The kindness of people doesn’t stop at the staff level. There are some very interesting hikers and park visitors that I come across while roving around the park. On one of my off days I went up to Lonesome Lake and hung out for a while on the dock with this family that was also there. They had three boys that ranged from the age of 4 to 12. Fortunately I was able to have nice conversations with the whole family, although I found it entertaining how the subject matter changed from person to person. With the 4 year old we discussed the different colorings of his candy that he had stashed in his pocket. The 12 year old had recently been given a very nice camera as a birthday present so I inquired about his photography experiences. And with the mother we discussed my position at the park and what I planned to do in the future. They were such a friendly family and it was nice to get to know them for the brief time that we shared on the shores of Lonesome Lake.

A rainbow emerging from the summit of Mt. Lafayette
A rainbow emerging from Mt. Lafayette

I also meet some lovely families during my programs. During my night hike I was approached by a man carrying his son and being followed by his daughter, aged 7. He asked if Grace could tag along on the hike even though he couldn’t stick around and I accepted the task. During my program I made sure she was next to me and we discussed dragonflies, fireflies, and the bike rides she had been going on with her dad since she got here. She seemed to enjoy the Delight of Night program well enough and once I thanked the rest of the group for attending I walked her back to her campsite. Her father met us on the road and asked if I was the interpretive ranger. I was surprised that he knew what that was since typically people don’t know what it means or assume I speak another language. When I confirmed that I was an interpretive ranger he got very excited and said he read our blogs religiously. That statement alone was shocking to me and to add to it he shook my hand! I know that our pictures, bios, and blogs are online but I was amazed to see a stranger that recognized and appreciated our work. Our supervisor Clare flipped when she heard about it.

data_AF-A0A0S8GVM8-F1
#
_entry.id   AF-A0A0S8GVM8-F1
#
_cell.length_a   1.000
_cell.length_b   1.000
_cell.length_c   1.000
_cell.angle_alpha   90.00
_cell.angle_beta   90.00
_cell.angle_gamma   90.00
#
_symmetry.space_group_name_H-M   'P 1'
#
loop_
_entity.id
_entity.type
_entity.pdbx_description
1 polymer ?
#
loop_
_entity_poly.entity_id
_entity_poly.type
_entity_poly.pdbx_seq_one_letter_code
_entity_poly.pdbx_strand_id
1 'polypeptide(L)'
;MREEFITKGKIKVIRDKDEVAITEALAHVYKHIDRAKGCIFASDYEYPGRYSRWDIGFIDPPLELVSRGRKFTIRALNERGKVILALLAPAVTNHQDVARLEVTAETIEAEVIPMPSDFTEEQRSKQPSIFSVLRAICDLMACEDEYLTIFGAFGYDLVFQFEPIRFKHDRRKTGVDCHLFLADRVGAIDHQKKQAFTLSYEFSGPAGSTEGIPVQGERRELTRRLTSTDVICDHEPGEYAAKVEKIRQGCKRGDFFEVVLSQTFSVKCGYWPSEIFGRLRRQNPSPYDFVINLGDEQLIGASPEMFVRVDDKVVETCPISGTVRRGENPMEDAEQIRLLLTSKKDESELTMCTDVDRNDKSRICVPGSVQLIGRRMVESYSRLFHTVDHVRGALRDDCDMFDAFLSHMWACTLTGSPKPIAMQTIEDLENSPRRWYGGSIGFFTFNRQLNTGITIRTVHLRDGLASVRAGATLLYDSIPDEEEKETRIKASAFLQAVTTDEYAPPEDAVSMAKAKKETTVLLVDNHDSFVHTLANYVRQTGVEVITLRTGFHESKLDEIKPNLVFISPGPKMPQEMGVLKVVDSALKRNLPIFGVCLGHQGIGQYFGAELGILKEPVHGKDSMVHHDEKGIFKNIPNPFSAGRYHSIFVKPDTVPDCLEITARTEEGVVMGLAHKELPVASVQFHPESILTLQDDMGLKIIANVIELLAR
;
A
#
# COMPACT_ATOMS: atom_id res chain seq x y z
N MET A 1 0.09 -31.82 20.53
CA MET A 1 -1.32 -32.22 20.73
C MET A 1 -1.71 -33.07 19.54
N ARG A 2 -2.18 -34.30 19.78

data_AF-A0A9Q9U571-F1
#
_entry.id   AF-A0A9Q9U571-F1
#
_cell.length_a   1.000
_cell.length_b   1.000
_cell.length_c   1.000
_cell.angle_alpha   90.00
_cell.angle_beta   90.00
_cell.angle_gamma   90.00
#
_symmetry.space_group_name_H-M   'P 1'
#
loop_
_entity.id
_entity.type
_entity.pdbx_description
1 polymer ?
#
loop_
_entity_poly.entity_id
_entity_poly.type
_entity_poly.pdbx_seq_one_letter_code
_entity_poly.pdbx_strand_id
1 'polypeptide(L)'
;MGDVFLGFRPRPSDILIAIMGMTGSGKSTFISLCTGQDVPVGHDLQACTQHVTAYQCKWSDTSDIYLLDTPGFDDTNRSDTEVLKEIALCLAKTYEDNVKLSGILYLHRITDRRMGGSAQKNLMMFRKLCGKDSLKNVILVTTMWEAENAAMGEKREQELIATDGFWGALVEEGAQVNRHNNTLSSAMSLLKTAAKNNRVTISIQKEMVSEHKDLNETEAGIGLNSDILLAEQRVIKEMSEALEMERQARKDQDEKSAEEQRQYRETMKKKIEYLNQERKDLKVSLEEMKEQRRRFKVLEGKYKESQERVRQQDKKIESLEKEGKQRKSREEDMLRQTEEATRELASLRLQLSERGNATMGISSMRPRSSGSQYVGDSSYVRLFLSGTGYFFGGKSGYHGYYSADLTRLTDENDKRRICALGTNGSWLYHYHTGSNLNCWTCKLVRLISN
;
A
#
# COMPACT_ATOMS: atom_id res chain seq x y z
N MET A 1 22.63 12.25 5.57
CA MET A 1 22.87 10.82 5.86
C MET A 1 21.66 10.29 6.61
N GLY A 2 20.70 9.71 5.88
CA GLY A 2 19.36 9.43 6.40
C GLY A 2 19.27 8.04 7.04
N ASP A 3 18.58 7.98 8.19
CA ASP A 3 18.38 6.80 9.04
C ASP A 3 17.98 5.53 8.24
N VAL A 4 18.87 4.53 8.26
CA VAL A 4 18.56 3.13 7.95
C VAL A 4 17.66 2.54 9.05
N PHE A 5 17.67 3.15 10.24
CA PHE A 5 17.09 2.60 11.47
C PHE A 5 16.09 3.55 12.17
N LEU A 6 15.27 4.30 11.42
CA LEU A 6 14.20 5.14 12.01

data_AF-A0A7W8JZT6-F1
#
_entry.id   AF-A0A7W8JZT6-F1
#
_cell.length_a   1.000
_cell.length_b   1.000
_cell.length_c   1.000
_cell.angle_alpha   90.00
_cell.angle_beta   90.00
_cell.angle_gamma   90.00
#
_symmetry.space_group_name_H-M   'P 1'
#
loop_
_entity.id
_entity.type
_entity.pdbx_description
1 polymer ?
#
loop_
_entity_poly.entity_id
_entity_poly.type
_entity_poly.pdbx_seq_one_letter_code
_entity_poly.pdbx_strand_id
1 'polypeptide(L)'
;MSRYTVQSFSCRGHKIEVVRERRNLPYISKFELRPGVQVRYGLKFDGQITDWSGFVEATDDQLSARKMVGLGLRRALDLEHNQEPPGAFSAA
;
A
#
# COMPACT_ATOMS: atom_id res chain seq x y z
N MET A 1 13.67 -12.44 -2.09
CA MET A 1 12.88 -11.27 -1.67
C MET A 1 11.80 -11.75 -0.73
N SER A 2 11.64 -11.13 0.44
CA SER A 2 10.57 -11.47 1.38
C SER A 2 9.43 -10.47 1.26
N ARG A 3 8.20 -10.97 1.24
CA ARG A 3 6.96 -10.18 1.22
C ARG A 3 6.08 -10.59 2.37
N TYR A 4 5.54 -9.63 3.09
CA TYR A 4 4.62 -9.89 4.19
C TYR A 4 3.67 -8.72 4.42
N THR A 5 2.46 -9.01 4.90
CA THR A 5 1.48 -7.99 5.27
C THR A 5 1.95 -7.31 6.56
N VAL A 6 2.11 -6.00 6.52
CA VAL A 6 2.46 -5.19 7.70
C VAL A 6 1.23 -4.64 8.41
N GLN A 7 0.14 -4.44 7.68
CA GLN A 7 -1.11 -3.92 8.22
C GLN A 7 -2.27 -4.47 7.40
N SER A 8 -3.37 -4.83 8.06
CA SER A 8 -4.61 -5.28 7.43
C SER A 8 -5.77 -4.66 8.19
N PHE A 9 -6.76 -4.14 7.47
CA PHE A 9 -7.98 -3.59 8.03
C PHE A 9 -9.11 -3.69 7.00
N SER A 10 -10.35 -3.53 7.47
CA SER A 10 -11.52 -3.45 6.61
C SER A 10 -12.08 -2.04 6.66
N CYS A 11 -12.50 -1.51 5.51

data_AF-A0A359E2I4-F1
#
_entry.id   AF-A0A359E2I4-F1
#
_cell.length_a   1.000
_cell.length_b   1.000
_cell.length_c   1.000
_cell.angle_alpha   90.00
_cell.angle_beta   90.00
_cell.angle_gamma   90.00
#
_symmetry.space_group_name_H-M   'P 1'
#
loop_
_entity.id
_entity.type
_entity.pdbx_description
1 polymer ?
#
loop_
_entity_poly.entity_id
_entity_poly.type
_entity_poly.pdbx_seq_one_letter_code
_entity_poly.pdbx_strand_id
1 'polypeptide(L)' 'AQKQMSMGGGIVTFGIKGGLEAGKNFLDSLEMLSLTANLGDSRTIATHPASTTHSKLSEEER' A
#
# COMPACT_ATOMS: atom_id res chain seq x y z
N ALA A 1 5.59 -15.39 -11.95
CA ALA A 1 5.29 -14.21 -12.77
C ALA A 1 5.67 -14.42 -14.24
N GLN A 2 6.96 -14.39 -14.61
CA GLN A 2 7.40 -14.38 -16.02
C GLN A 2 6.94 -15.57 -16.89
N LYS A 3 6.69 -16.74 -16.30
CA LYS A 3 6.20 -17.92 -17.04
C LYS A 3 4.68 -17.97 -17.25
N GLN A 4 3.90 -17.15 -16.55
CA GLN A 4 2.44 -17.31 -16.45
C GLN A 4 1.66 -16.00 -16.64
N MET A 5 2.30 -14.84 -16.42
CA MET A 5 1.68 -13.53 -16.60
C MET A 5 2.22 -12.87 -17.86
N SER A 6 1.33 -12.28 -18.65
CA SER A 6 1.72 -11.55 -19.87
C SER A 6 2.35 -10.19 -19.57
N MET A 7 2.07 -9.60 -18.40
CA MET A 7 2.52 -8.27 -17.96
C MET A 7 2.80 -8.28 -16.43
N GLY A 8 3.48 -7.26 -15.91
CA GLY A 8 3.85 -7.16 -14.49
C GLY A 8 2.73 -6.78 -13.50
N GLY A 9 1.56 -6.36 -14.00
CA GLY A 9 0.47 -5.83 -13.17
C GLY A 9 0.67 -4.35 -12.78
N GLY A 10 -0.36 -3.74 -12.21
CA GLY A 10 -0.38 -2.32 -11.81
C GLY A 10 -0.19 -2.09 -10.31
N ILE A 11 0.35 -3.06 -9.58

So if you’re reading this “Grace’s dad” thanks for bringing the family out to Franconia Notch! Hope all is well!

Kim Stockwell and "Gidget"
Kim Stockwell and “Gidget” at Lonesome Lake